Pope gets warm welcome in New York synagogue
By Tom Heneghan, Religion Editor
NEW YORK (Reuters) - A New York synagogue gave Pope Benedict a warm welcome on Friday, with the chief rabbi hailing his work for inter-faith dialogue and congregants playing down recent tensions between Catholics and Jews.
"A heartfelt shalom. Willkommen," said Arthur Schneier, chief rabbi of the Park East Synagogue, using the Hebrew word for "peace" and German word for "welcome."
The visit on the eve of Passover, the holy day marking the exodus from Egypt, was only the third by a pope to a Jewish house of worship. Benedict visited one in Cologne, Germany in 2005, and his predecessor Pope John Paul visited the Rome synagogue in 1986.
"It is with joy that I come here, just a few hours before the celebration of your Pesah, to express my respect and esteem for the Jewish community in New York City," the German-born pontiff said, using the Hebrew word for Passover.
"I encourage all of you to continue building bridges of friendship with all the many different ethnic and religious groups present in your neighborhood."
Catholic-Jewish relations were strained in February when the Vatican published a new prayer for Good Friday services in the old Latin rite that called for the conversion of the Jews. Benedict partly drafted and approved the wording.
Several Jewish leaders criticized the prayer and the Vatican issued a statement that the text "in no way intends to indicate a change in the Catholic Church's regard for the Jews."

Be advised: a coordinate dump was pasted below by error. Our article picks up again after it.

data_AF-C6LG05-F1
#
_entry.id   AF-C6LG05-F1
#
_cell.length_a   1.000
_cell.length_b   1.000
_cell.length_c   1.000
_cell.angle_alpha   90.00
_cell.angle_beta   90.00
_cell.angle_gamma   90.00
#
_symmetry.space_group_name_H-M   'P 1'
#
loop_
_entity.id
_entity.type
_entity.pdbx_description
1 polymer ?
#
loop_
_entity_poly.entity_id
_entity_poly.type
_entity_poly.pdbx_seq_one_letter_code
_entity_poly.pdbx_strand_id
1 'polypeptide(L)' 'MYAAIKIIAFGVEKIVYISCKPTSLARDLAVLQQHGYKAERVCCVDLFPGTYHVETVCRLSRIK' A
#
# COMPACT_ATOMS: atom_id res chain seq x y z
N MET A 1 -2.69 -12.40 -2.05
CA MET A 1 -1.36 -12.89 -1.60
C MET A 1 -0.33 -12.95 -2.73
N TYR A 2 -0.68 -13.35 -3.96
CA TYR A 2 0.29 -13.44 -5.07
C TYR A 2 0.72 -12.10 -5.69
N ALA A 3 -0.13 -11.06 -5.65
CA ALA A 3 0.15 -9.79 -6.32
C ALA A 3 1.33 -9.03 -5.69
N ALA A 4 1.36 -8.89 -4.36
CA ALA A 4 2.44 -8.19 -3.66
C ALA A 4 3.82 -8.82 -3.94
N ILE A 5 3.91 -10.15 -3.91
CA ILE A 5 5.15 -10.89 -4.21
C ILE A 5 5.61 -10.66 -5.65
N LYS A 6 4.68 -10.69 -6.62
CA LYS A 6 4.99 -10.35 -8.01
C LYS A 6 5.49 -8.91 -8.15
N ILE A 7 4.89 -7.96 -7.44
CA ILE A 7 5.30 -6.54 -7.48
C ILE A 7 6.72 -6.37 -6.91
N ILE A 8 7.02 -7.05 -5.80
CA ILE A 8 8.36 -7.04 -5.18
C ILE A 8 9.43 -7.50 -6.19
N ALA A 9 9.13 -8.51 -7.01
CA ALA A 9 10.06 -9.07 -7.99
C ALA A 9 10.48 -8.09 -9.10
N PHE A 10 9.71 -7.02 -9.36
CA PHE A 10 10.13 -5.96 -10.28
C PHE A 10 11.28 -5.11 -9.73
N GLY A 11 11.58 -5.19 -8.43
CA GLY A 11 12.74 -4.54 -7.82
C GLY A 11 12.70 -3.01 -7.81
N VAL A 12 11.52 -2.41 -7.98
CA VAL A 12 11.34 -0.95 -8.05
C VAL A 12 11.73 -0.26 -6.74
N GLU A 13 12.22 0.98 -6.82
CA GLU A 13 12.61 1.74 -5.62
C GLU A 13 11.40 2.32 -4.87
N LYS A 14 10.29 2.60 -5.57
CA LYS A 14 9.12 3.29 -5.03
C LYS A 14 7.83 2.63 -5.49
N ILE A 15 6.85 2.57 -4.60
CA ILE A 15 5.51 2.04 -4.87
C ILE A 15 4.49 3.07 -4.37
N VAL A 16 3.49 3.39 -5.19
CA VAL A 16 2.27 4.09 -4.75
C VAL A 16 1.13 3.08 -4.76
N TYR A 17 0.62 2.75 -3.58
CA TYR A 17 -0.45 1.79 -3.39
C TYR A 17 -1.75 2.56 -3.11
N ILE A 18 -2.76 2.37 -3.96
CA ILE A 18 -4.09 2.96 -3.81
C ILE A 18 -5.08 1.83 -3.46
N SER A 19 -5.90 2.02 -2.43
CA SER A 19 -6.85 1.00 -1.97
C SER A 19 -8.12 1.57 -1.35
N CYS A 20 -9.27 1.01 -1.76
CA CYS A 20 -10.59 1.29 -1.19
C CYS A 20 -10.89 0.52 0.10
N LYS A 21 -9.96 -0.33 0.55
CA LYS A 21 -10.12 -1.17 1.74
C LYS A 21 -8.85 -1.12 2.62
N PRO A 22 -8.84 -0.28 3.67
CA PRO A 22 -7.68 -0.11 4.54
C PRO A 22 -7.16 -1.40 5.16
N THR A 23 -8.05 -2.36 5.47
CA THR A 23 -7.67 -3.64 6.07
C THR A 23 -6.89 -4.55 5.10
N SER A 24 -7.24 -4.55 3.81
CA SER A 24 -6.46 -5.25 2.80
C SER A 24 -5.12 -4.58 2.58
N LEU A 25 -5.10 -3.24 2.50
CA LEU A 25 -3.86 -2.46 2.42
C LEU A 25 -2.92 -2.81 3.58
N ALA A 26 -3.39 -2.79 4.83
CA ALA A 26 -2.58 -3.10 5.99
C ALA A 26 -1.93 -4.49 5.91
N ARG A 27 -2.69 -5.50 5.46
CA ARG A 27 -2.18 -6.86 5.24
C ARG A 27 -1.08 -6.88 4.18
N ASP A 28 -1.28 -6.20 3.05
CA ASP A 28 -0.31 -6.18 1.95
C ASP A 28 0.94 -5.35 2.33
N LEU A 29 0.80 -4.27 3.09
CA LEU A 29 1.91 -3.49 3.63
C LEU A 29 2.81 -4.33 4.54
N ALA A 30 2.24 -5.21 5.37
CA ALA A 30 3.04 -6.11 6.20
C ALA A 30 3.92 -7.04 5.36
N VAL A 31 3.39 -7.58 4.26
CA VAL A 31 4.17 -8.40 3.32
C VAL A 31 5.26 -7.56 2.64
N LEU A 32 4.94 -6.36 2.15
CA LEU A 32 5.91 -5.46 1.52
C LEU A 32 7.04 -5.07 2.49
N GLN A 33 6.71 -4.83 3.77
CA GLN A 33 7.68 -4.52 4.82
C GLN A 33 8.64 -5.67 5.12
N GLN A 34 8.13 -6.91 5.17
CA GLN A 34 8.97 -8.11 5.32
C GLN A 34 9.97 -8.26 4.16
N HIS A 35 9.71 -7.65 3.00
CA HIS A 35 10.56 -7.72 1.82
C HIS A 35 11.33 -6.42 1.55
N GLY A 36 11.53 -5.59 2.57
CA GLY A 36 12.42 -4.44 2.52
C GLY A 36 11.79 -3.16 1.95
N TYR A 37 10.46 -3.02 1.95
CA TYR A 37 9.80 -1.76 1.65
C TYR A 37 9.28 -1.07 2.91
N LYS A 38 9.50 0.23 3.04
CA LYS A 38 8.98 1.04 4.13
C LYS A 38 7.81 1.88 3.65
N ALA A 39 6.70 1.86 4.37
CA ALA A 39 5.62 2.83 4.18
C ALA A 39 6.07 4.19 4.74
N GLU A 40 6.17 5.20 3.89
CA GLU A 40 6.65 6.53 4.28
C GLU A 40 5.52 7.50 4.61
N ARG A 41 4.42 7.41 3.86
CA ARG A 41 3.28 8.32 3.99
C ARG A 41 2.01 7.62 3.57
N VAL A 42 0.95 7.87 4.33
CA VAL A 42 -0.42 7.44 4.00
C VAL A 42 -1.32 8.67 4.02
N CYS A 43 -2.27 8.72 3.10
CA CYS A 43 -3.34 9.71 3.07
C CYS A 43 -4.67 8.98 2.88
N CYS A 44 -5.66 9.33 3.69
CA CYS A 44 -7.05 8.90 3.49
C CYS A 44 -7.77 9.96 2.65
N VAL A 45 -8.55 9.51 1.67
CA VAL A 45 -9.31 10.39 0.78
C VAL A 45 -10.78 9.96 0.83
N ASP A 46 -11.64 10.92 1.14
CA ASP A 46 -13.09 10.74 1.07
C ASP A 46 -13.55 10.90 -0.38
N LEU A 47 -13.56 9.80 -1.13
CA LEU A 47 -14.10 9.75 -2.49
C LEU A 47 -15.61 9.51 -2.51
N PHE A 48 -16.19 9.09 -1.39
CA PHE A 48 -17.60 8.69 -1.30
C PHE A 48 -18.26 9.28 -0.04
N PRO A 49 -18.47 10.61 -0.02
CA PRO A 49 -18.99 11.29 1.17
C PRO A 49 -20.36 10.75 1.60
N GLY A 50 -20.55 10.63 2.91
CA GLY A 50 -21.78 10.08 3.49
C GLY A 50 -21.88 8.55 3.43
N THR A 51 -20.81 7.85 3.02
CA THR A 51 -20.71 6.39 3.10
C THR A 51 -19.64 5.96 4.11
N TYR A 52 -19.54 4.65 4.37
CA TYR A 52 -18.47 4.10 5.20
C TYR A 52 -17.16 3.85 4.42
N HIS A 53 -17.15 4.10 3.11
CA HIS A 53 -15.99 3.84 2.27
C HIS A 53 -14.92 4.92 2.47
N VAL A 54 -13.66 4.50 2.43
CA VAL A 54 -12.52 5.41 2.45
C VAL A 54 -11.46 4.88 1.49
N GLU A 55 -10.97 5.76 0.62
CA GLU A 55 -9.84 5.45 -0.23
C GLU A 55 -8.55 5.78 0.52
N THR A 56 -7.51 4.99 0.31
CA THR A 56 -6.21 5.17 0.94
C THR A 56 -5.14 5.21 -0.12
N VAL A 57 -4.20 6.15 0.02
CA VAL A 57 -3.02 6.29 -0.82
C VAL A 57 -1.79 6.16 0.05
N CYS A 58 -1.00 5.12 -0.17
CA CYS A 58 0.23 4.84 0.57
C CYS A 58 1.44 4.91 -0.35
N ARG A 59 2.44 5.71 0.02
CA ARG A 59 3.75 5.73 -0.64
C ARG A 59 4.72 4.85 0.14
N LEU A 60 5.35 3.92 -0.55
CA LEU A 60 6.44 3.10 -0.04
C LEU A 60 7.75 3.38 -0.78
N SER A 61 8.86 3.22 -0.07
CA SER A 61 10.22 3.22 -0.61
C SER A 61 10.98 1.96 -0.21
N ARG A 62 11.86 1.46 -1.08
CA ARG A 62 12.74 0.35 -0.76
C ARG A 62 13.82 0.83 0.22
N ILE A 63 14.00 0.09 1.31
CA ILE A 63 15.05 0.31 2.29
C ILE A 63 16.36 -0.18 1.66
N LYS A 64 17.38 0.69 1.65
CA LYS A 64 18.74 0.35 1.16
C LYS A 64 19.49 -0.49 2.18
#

"DIALOGUE IS VIABLE"
Schneier, a Holocaust survivor who came to the United States from Budapest in 1947, made no mention of the controversy and instead stressed their common past in wartime Europe.
"In our lifetime, we have both experienced the ravages of war, the Holocaust, man's inhumanity to man, and tasted the joy of freedom," he said in the synagogue, a New York City landmark built in 1890. "I thank God that both of us have survived."
He added: "Our presence together is a message that inter-religious dialogue is viable and vital to the resolution of conflict. Your message of conciliation has already been heard around the globe."
Catholic-Jewish relations had come a long way since the Second Vatican Council (1962-1965), Schneier said, adding: "Your presence here gives us hope and courage for the road we still have to travel together."
Members of the modern Orthodox congregation played down the recent exchange over the Good Friday prayer.
"He wants this trip to make a point and that point is that the religions should be talking and communicating and not isolating one from the other," said Harvey Feuerstein, 70, a Manhattan lawyer on the synagogue's board or trustees.
Barry Zimmerman, 70, a retired Manhattan chemist, shrugged off the recent disagreements with the remark: "Popes have made worse comments in the past."
Ken Lipper, a Manhattan real estate executive, said after the short ceremony: "He said that he was here to pay his respects to all of the Jews ... I was very impressed."
In the synagogue, two youths gave Benedict unleavened matzo bread and a copy of the Passover Haggadah text. The pope told them he would eat the matzo on Saturday, according to the Jewish ritual.
(Additional reporting by Philip Pullella and Michelle Nichols; editing by Philip Barbara)
(For more on religion, see the Reuters religion blog FaithWorld at http://blogs.reuters.com/faithworld)